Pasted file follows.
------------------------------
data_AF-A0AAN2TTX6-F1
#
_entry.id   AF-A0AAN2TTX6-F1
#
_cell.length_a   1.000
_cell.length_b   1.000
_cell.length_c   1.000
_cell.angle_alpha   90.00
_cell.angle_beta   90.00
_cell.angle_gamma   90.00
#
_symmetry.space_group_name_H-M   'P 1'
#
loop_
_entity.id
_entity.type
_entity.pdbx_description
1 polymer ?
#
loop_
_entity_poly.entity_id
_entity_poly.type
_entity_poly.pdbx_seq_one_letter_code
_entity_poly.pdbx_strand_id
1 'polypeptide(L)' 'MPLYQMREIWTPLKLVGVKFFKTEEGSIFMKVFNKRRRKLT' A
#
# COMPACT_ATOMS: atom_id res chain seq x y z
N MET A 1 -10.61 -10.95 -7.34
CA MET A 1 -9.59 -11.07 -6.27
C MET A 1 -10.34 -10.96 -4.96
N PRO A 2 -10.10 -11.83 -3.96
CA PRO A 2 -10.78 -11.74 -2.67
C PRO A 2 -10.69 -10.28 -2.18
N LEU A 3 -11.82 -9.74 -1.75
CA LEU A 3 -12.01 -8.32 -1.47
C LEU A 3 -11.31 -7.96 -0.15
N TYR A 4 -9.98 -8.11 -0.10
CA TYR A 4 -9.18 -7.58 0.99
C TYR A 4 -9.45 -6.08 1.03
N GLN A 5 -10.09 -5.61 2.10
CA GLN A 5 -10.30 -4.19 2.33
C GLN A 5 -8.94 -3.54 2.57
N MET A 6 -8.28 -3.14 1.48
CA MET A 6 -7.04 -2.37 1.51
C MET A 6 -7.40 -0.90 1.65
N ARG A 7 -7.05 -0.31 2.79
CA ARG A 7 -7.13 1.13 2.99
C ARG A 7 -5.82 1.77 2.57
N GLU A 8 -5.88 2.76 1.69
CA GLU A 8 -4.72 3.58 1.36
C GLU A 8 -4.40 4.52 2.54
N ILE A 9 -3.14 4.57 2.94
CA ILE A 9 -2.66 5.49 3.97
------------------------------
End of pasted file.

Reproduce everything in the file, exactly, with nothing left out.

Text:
data_AF-A0AAN2TTX6-F1
#
_entry.id   AF-A0AAN2TTX6-F1
#
_cell.length_a   1.000
_cell.length_b   1.000
_cell.length_c   1.000
_cell.angle_alpha   90.00
_cell.angle_beta   90.00
_cell.angle_gamma   90.00
#
_symmetry.space_group_name_H-M   'P 1'
#
loop_
_entity.id
_entity.type
_entity.pdbx_description
1 polymer ?
#
loop_
_entity_poly.entity_id
_entity_poly.type
_entity_poly.pdbx_seq_one_letter_code
_entity_poly.pdbx_strand_id
1 'polypeptide(L)' 'MPLYQMREIWTPLKLVGVKFFKTEEGSIFMKVFNKRRRKLT' A
#
# COMPACT_ATOMS: atom_id res chain seq x y z
N MET A 1 -10.61 -10.95 -7.34
CA MET A 1 -9.59 -11.07 -6.27
C MET A 1 -10.34 -10.96 -4.96
N PRO A 2 -10.10 -11.83 -3.96
CA PRO A 2 -10.78 -11.74 -2.67
C PRO A 2 -10.69 -10.28 -2.18
N LEU A 3 -11.82 -9.74 -1.75
CA LEU A 3 -12.01 -8.32 -1.47
C LEU A 3 -11.31 -7.96 -0.15
N TYR A 4 -9.98 -8.11 -0.10
CA TYR A 4 -9.18 -7.58 0.99
C TYR A 4 -9.45 -6.08 1.03
N GLN A 5 -10.09 -5.61 2.10
CA GLN A 5 -10.30 -4.19 2.33
C GLN A 5 -8.94 -3.54 2.57
N MET A 6 -8.28 -3.14 1.48
CA MET A 6 -7.04 -2.37 1.51
C MET A 6 -7.40 -0.90 1.65
N ARG A 7 -7.05 -0.31 2.79
CA ARG A 7 -7.13 1.13 2.99
C ARG A 7 -5.82 1.77 2.57
N GLU A 8 -5.88 2.76 1.69
CA GLU A 8 -4.72 3.58 1.36
C GLU A 8 -4.40 4.52 2.54
N ILE A 9 -3.14 4.57 2.94
CA ILE A 9 -2.66 5.49 3.97